Today, at the virtual edition of Google for India event called Women Will, our CEO, Sundar Pichai, and President of Google.org, Jacquelline Fuller, made a series of announcements in support of the economic empowerment of women, both in India and globally, to create an ecosystem of entrepreneurship enablers to help narrow the gender gap.
State antitrust watchdogs are targeting Google’s plans to phase out third-party tracking cookies, building on a major lawsuit filed last year. The group of 15 attorneys general, led by Texas, updated its complaint about Google yesterday to include a more detailed case against the search giant, including new claims about Google’s strategic use of the Chrome browser. In particular, the new complaint takes aim at recent privacy updates to Chrome, which could better protect users’ personal data while also entrenching Google’s market position.
Filed in December, the Texas complaint is one of three ongoing antitrust cases against Google. That same month, the Colorado attorney general led a group alleging that the company stifled competition by manipulating search results. A separate case from the Department of Justice is focused on Google’s dominance of the web search marketplace and associated ad business.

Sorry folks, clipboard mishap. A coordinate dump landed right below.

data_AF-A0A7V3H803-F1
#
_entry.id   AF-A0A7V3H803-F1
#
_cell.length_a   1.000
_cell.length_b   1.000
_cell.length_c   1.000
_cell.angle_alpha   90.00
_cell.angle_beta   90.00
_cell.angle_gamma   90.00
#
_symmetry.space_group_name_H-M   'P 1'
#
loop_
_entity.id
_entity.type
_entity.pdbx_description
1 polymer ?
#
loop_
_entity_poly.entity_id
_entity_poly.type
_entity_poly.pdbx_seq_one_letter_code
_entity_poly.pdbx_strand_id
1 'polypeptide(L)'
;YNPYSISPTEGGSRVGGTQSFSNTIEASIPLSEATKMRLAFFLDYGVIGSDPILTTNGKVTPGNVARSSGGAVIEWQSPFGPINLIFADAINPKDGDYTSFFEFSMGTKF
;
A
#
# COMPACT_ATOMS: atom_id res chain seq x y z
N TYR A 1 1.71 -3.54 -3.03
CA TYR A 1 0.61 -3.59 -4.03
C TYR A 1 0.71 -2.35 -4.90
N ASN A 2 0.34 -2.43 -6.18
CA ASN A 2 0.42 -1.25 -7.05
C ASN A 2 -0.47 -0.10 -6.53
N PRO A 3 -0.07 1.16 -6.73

We’re providing new funding and support to help people and communities in India hit hard by the country’s current COVID-19 crisis.
Today we’re announcing 135 Crore INR ($18 million USD) in new funding for India. This includes two grants from Google.org, Google’s philanthropic arm, totalling 20 Crore INR ($2.6 million USD).
This funding also includes increased Ad Grant support for public health information campaigns. Since last year, we’ve helped MyGov and the World Health Organization reach audiences with messages focused on how to stay safe and facts about vaccines. We’re increasing our support today with an additional 112 Crore INR ($15 million) in Ad Grants to local health authorities and nonprofits for more language coverage options.